Gov Signs Jr. Hunter Bill

James L. Seward

July 28, 2008

State Senator James L. Seward (R/I/C-Oneonta) today praised Gov. Paterson’s approval of legislation (S. 8228) allowing young people to hunt big game.

"I applaud the governor for signing the bill to expand hunting and trapping opportunities for young people," Seward said. "Hunting, fishing and trapping are part of our outdoor sporting heritage, and they pack a big economic wallop when you think about purchases of firearms, ammunition, tackle, clothing and related gear. This is good news. I supported the bill and am glad to see it signed into law."

Seward noted that New York is the only state in the nation where 14 year-olds cannot hunt big game with firearms. Forty-six states allow 12 year-olds to hunt big game with firearms, and 12 year-olds have been allowed to hunt small game in New York with firearms since 1991 while accompanied by adults.

The new law allows 14 and 15 year-olds to hunt deer and bear with a firearm under certain conditions while supervised and creates a trapper mentoring program.

New York's hunters have long pushed for additional opportunities for youth to hunt big game. Allowing interested young people to hunt deer and bear with can foster lifelong participation in hunting and help to increase recruitment of hunters. Requiring strict supervision of the junior hunter by experienced sportsmen and sportswomen enhances opportunities to develop a strong safety ethic in young hunters.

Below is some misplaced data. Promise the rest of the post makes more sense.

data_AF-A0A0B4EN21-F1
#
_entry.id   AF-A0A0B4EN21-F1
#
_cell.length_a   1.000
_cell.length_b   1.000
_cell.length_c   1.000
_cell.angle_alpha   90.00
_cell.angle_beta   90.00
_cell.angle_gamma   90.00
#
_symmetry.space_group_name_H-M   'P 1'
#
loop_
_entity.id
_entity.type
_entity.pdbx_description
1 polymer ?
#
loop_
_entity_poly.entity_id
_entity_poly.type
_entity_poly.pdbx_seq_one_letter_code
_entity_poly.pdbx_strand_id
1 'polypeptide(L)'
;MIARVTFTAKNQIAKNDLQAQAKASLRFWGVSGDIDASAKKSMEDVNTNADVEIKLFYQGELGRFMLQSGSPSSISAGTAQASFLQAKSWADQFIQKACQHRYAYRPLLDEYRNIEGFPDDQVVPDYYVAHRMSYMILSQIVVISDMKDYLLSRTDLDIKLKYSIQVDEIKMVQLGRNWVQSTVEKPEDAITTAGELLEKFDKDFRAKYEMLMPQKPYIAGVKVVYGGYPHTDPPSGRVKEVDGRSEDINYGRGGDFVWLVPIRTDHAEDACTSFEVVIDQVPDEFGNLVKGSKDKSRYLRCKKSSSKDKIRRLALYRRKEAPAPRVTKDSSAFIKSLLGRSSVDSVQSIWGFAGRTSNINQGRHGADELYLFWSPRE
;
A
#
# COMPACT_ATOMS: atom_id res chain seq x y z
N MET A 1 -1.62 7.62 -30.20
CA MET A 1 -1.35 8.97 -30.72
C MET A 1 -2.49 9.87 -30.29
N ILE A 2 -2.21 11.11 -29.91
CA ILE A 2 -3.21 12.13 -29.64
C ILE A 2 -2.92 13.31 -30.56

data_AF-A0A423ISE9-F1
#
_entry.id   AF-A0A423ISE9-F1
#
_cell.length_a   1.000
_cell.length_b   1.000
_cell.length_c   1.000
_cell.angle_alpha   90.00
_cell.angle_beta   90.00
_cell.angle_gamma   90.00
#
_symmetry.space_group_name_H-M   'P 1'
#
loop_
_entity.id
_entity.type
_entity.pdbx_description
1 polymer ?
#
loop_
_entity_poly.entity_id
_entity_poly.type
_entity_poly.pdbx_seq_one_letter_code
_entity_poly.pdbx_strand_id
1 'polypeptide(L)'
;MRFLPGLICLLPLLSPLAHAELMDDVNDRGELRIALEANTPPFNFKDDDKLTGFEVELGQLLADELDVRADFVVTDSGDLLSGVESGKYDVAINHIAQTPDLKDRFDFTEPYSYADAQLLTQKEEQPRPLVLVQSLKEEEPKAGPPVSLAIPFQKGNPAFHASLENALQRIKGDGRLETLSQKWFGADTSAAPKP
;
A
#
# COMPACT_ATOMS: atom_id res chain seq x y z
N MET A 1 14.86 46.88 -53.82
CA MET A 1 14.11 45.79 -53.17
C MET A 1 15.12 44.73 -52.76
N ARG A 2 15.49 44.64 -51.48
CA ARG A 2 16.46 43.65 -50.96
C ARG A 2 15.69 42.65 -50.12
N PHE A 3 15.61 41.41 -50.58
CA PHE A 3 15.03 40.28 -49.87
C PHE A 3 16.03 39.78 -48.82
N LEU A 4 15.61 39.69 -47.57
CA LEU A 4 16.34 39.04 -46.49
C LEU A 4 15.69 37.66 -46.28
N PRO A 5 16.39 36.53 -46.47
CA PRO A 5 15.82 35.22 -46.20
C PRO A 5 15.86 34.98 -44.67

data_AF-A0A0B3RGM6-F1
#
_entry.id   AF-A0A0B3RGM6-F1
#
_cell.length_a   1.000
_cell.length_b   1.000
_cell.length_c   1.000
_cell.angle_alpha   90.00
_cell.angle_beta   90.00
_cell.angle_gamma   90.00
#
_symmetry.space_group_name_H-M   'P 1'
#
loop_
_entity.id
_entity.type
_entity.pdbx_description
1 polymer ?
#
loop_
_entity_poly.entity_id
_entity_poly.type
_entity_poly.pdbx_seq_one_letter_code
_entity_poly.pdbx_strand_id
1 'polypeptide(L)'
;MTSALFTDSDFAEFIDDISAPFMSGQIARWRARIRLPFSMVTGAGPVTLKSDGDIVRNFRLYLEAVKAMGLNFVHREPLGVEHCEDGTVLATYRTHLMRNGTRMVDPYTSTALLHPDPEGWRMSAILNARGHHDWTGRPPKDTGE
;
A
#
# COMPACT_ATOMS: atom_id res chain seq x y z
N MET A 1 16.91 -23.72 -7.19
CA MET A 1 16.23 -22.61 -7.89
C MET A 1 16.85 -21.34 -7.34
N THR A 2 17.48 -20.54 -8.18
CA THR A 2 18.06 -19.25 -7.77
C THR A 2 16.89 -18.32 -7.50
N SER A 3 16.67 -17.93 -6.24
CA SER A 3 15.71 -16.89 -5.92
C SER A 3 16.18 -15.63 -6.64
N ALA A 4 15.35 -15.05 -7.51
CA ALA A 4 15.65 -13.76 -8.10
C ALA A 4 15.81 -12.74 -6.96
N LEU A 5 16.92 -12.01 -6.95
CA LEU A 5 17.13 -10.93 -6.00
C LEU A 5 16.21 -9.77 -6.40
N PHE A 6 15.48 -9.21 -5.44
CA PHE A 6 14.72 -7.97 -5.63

A 2005 youth hunting report compiled for the Families Afield initiative, a collaborative effort of the National Shooting Sports Foundation, National Wild Turkey Federation, and U.S. Sportsmen's Alliance, concluded that states with barriers to youth participation, such as the existing age restrictions in New York law, are failing to recruit hunters at a sufficient rate to replace those retiring from the sport. The study has garnered national attention and generated renewed interest in statutory changes to ensure the future of hunting as a valued family tradition and key component of wildlife management.

Young hunters have demonstrated the best safety record of any age group in the state when accompanied by an adult, as required by law. Under current law, persons 14 and 15 years of age have been restricted to hunting deer and bear with longbows, even though they may use firearms (including the same weapons that would be used to hunt deer and bear) to hunt small game from age 12.

"This is going to afford New York families hunting opportunities that are already available in every other state in the nation," Seward said.

The new law permits a mentoring opportunity for youths to accompany and assist licensed, experienced trappers prior to completing the training requirements required for them to be eligible to purchase their own trapping licenses.